Physical regulation is important for me when I feel myself getting physically tense (as a result of cognitive or emotional overstimulation; even positive emotions are overstimulating and require regulation for slowing down the processing) and due to a physical health condition (fibromyalgia). Regular exercise is the key (for me) to managing the physical impact of fibromyalgia. Sleep is also vital for all forms of regulation.
Dietary regulation is perhaps a little tenuous here, but I find my IBS is very manageable if I eat according to a regulated system. That means heavy on the fibre, fruit and vegetables and not having more than one veg-free meal a week. Many autistic people have co-occurring gastric issues and they can be very hard to deal with when there are also sensory issues with food to deal with. I count myself very lucky to have minimal sensory issues with food (especially given the various intolerances I have to work around).
The regulating activities I have at my disposal are mostly physical distractions that allow for parallel processing of information or feelings (cognitive and emotional), while addressing physical needs too. Yoga (and before I found yoga, simple stretches) is a really big one for me and one that I am looking forward to exploring more. Going for a brisk walk is also very valuable for resetting and restoring my brain, and the more nature there is on that walk, the better.
Both of these things help to regulate my digestive system, yoga for the internal massage effect, and walking for the general movement effect. They are the two main things that really help me.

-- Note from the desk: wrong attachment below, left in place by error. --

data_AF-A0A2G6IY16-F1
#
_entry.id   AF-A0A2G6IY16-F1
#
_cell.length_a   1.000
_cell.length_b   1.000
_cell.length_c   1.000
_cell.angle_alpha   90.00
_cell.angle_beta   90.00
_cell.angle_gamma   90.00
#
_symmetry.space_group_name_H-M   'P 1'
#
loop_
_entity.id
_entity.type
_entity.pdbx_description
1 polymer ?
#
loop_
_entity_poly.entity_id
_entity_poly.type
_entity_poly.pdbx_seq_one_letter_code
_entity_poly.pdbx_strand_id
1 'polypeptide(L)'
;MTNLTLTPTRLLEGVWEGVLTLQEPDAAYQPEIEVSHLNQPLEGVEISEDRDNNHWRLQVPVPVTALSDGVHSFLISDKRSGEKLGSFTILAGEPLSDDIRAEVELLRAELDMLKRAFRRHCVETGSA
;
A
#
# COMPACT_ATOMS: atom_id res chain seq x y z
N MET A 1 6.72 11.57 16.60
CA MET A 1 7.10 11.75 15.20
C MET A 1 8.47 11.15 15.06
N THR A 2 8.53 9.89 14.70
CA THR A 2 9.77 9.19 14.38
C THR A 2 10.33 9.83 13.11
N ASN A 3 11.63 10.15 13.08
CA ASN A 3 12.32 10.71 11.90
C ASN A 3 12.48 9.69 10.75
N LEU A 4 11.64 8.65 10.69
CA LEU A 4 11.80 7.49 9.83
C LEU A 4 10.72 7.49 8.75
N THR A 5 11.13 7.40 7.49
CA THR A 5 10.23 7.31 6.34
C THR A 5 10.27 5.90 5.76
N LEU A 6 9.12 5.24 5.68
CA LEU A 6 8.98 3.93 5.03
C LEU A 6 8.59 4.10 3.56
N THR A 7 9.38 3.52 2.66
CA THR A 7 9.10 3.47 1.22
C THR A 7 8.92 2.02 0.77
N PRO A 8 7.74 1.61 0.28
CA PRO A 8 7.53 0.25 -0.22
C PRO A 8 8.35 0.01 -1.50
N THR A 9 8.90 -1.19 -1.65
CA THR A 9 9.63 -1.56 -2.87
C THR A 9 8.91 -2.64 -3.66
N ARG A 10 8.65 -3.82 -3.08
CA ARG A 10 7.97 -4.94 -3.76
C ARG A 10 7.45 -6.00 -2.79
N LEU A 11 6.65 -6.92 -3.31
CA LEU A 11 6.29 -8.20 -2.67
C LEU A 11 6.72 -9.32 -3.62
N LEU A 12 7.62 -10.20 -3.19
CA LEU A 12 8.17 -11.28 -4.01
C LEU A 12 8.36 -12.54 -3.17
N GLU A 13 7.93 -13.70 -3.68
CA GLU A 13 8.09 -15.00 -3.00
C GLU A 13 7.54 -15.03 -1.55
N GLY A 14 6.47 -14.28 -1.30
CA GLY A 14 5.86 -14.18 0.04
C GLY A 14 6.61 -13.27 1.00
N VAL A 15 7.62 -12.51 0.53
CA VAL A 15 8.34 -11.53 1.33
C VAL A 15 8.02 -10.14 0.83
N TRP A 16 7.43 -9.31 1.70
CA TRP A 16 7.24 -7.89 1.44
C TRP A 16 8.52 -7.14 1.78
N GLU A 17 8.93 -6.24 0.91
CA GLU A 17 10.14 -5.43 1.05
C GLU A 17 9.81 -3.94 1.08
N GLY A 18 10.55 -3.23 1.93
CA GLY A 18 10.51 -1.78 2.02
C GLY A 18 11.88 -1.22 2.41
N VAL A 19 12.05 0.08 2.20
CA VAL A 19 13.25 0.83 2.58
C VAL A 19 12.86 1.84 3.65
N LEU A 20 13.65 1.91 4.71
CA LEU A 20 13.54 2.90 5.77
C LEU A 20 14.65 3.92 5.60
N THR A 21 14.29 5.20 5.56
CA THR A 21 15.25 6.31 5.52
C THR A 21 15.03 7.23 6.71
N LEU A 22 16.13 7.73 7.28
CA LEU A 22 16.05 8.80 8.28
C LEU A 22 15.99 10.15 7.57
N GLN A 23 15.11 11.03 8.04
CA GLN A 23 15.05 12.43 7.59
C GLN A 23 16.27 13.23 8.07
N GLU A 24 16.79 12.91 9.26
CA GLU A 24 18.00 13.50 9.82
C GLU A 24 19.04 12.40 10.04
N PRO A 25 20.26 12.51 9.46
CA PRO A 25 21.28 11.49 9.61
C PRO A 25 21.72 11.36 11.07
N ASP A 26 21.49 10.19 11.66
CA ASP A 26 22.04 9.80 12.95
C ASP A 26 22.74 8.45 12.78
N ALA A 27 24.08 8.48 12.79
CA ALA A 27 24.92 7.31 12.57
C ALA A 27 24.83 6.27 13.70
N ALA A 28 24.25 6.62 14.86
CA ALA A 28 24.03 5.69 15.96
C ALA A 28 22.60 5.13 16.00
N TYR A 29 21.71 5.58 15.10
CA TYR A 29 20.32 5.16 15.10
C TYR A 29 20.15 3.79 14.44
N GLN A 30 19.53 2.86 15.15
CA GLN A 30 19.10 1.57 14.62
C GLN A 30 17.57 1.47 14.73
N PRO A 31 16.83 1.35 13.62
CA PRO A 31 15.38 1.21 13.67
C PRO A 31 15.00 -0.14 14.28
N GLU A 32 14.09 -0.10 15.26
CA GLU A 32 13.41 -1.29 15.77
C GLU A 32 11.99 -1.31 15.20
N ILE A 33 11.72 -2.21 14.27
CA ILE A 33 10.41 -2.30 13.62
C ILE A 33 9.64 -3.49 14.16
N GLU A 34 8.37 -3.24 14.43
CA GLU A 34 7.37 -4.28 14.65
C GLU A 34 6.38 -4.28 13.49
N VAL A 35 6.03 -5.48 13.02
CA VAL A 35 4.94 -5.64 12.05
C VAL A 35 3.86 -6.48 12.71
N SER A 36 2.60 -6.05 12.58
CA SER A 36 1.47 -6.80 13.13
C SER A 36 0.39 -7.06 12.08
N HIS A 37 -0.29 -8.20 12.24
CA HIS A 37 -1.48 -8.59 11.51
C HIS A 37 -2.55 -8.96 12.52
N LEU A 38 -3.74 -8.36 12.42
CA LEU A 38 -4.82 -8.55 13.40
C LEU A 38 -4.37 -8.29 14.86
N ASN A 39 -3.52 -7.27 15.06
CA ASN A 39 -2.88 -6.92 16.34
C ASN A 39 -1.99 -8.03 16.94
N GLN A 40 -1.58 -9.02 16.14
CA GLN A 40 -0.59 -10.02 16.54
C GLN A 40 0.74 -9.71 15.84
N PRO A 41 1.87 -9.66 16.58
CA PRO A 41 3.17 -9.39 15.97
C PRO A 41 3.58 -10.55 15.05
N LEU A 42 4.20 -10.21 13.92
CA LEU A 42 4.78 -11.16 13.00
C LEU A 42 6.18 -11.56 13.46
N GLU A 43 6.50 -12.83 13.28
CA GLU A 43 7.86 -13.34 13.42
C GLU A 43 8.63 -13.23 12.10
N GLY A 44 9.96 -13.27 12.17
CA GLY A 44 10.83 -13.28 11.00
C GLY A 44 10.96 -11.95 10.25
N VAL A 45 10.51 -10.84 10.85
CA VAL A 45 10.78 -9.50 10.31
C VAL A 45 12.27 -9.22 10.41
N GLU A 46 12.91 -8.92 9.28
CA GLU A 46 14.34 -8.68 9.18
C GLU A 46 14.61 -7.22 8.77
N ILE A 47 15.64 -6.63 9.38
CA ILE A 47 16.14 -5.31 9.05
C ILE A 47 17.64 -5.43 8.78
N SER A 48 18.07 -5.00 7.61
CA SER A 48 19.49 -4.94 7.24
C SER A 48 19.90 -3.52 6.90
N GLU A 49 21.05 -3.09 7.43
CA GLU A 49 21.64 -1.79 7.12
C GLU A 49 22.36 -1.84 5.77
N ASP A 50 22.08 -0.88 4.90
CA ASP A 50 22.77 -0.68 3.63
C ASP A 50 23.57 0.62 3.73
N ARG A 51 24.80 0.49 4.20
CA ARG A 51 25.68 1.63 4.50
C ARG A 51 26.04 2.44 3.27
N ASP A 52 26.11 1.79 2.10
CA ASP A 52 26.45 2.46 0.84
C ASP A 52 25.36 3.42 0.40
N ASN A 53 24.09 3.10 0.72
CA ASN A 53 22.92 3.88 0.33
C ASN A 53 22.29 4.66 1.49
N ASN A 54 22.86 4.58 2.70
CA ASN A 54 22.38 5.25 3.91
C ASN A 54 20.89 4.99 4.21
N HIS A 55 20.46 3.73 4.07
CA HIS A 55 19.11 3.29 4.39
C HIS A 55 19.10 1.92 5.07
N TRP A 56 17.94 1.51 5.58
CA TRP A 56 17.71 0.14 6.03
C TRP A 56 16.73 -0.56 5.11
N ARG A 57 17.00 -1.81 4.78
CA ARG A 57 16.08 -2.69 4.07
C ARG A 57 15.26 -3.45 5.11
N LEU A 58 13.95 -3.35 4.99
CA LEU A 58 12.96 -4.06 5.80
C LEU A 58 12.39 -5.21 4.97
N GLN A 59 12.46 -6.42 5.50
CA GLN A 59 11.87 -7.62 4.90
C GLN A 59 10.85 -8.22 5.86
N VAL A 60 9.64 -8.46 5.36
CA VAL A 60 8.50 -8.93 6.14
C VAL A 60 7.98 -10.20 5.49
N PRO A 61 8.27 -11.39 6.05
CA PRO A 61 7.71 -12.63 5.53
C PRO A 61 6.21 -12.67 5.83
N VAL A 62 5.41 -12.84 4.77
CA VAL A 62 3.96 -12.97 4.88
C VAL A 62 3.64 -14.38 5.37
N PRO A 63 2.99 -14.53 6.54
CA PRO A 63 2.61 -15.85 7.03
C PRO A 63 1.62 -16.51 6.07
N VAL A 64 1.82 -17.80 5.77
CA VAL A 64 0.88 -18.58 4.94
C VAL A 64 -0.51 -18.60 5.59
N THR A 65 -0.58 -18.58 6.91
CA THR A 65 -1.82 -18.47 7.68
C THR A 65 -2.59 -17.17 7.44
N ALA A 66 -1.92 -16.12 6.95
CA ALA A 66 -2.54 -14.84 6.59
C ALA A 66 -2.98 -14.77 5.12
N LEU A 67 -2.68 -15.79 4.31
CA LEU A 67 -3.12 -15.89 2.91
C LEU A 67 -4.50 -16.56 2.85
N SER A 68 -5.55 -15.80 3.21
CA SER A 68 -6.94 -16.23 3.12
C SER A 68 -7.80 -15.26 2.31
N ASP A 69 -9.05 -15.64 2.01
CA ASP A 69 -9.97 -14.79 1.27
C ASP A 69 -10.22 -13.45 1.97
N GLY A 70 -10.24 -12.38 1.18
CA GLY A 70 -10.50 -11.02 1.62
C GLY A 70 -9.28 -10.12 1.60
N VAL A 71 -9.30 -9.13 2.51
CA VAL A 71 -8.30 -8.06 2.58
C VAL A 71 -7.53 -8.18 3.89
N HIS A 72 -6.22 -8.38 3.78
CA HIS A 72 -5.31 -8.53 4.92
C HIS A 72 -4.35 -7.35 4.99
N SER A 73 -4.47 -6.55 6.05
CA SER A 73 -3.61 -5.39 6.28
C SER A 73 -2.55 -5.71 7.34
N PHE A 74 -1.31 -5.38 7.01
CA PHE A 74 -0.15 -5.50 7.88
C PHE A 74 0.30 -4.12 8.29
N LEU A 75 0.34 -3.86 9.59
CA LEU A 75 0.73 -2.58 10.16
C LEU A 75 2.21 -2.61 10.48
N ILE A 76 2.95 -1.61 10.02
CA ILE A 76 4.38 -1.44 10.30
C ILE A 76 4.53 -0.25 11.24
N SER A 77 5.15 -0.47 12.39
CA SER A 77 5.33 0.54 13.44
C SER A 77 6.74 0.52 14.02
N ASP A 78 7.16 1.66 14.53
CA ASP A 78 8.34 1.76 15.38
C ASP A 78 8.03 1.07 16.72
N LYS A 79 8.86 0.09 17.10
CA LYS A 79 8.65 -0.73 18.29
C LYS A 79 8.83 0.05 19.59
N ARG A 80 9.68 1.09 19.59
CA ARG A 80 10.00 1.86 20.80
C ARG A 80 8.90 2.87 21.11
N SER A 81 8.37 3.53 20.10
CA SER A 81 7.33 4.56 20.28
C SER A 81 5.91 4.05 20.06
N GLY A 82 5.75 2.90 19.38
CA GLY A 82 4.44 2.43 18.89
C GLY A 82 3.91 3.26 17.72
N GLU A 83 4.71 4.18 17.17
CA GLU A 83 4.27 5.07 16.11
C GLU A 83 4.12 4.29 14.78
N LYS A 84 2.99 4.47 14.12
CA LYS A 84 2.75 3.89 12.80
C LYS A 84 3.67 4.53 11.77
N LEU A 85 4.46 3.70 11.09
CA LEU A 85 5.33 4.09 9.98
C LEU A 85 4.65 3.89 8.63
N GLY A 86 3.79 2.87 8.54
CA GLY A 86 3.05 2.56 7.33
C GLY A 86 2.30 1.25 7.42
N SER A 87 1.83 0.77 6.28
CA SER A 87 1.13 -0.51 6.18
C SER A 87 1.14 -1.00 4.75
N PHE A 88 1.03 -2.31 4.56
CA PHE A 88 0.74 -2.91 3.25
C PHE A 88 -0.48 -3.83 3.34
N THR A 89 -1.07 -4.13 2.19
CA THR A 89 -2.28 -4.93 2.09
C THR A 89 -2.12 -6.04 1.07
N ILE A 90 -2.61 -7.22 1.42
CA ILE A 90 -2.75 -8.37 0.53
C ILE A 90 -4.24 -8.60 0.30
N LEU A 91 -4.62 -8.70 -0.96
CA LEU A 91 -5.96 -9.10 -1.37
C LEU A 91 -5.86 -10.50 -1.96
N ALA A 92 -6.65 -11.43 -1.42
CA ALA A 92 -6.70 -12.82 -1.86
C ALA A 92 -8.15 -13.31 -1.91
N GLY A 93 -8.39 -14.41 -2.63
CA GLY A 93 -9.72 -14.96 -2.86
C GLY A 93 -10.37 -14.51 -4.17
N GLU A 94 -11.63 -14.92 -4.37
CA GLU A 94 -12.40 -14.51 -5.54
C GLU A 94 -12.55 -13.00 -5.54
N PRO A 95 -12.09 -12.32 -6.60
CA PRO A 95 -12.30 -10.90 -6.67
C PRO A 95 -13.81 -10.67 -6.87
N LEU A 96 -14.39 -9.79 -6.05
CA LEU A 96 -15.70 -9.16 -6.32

I also find knitting, doing puzzles (jigsaws and things like codewords and sudoku) are good as a distraction when exercise isn't an option (or I've already done that and need more). These are activities that are better for emotional regulation, rather than physical or cognitive, as they require some parts of my brain that I also need for cognitive regulation. Knitting is fairly detached, from a cognitive perspective, and it depends on the difficulty of the jigsaw as to whether it also needs the cognitive processing parts of my brain.
There are times when I need to flit from one activity to the next, or between activities in order to satisfy my brain's demand for novelty (which it does sometimes ask for). Yes, most of the time I prefer familiarity and routine but sometimes my brain just wants lots of input, especially on days when I have a lot to do, or have lots of energy. I have found that stinging nettle seeds (a mild stimulant) taken daily helps regulate my brain and calms the noise inside my head that used to really get in the way of getting things done and finished. If nothing else convinced me of my ADHD (apart from, y'know, the screening tools) then my reaction to stimulants certainly did. One time I took a second dose and nearly fell asleep!
Knowing I'm autistic and likely an ADHDer (AuDHD) with other elements of neurodivergence thrown in has enabled me to understand the importance of regulating activities in my life, and encouraged me to indulge in the ones that help me. Without this knowledge I might have ended up getting frustrated with myself when the standard self-care activities weren't doing the job. Self-care looks different for everyone, and for me it sometimes looks like being absolutely still, sometimes it looks like getting lost in a puzzle, sometimes it looks like writing these articles.